Session Start Date

11-4-2004

Session End Date

11-5-2004

Abstract

This paper presents two examples to the theory and finite element implementation of plasticity. The first example is on the cross-sectional behavior of trapezoidal sheeting subjected to a concentrated load. It is shown that the number of elements (and thus the number of integration points) along the comer radius are important for the correct modeling of this static problem. The second example is on the failure of first-generation sheeting subjected to a concentrated load and a bending moment. This problem, especially for large span lengths, can be solved only with explicit dynamic simulations. These are, for our research field, for the first time published here. The explicit simulations normally function with a rather simple integration scheme for plasticity; is shown that our sheeting results are very sensitive to this.

Author

Herm Hofmeyer

Department(s)

Civil, Architectural and Environmental Engineering

Research Center/Lab(s)

Wei-Wen Yu Center for Cold-Formed Steel Structures

Meeting Name

17th International Specialty Conference on Cold-Formed Steel Structures

Publisher

University of Missouri--Rolla

Publication Date

11-4-2004

Document Version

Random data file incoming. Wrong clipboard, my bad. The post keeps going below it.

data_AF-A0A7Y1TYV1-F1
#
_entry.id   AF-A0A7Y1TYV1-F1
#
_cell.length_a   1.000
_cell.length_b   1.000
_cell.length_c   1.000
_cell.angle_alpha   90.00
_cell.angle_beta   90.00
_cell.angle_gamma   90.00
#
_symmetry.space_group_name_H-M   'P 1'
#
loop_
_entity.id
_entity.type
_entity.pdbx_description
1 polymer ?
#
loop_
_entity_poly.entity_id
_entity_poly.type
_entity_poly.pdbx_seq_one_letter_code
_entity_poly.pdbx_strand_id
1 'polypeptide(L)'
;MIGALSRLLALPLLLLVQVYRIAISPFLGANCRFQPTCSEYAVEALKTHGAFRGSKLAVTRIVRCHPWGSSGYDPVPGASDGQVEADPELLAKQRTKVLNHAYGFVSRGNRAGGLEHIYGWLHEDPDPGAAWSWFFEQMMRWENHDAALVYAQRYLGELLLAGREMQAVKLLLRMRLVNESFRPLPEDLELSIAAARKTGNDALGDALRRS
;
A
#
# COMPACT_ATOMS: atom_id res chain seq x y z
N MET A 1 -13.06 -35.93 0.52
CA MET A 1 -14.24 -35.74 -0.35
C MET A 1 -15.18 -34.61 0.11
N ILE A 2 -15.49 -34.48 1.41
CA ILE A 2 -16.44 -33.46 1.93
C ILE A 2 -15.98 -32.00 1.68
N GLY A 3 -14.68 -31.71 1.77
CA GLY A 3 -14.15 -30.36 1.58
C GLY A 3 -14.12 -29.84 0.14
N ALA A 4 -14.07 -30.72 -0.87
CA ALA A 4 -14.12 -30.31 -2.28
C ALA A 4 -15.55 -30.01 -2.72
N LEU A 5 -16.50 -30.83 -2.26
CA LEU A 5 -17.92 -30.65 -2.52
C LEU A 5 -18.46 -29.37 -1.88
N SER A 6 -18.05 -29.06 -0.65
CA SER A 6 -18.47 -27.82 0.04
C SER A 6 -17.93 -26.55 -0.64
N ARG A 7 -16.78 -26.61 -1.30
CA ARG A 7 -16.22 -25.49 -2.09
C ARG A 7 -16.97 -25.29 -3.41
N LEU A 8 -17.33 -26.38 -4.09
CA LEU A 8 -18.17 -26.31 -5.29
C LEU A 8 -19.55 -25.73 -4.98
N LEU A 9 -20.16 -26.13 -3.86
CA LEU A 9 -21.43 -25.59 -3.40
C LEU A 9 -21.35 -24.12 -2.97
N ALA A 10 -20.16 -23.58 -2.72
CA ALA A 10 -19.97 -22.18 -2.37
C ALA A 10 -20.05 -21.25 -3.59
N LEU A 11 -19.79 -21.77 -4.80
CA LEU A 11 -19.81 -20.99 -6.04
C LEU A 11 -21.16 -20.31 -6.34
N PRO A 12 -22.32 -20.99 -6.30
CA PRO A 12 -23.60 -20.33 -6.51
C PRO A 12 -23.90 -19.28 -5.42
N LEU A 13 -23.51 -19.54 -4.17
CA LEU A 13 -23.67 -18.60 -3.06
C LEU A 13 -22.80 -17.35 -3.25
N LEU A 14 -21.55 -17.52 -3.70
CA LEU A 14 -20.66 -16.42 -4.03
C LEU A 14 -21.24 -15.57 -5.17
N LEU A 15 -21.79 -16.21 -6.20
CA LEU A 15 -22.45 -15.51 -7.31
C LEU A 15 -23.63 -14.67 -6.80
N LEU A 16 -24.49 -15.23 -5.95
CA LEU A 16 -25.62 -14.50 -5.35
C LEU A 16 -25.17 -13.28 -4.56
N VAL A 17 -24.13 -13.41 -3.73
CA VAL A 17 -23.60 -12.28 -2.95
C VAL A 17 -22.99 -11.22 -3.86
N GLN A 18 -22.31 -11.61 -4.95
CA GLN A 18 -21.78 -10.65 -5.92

Final Version

Rights

© 2004 University of Missouri--Rolla, All rights reserved.

Document Type

Article - Conference proceedings

File Type

text

Language

English

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Cold-Formed Steel Examples to the Theory and Finite Element Implementation of Plasticity

This paper presents two examples to the theory and finite element implementation of plasticity. The first example is on the cross-sectional behavior of trapezoidal sheeting subjected to a concentrated load. It is shown that the number of elements (and thus the number of integration points) along the comer radius are important for the correct modeling of this static problem. The second example is on the failure of first-generation sheeting subjected to a concentrated load and a bending moment. This problem, especially for large span lengths, can be solved only with explicit dynamic simulations. These are, for our research field, for the first time published here. The explicit simulations normally function with a rather simple integration scheme for plasticity; is shown that our sheeting results are very sensitive to this.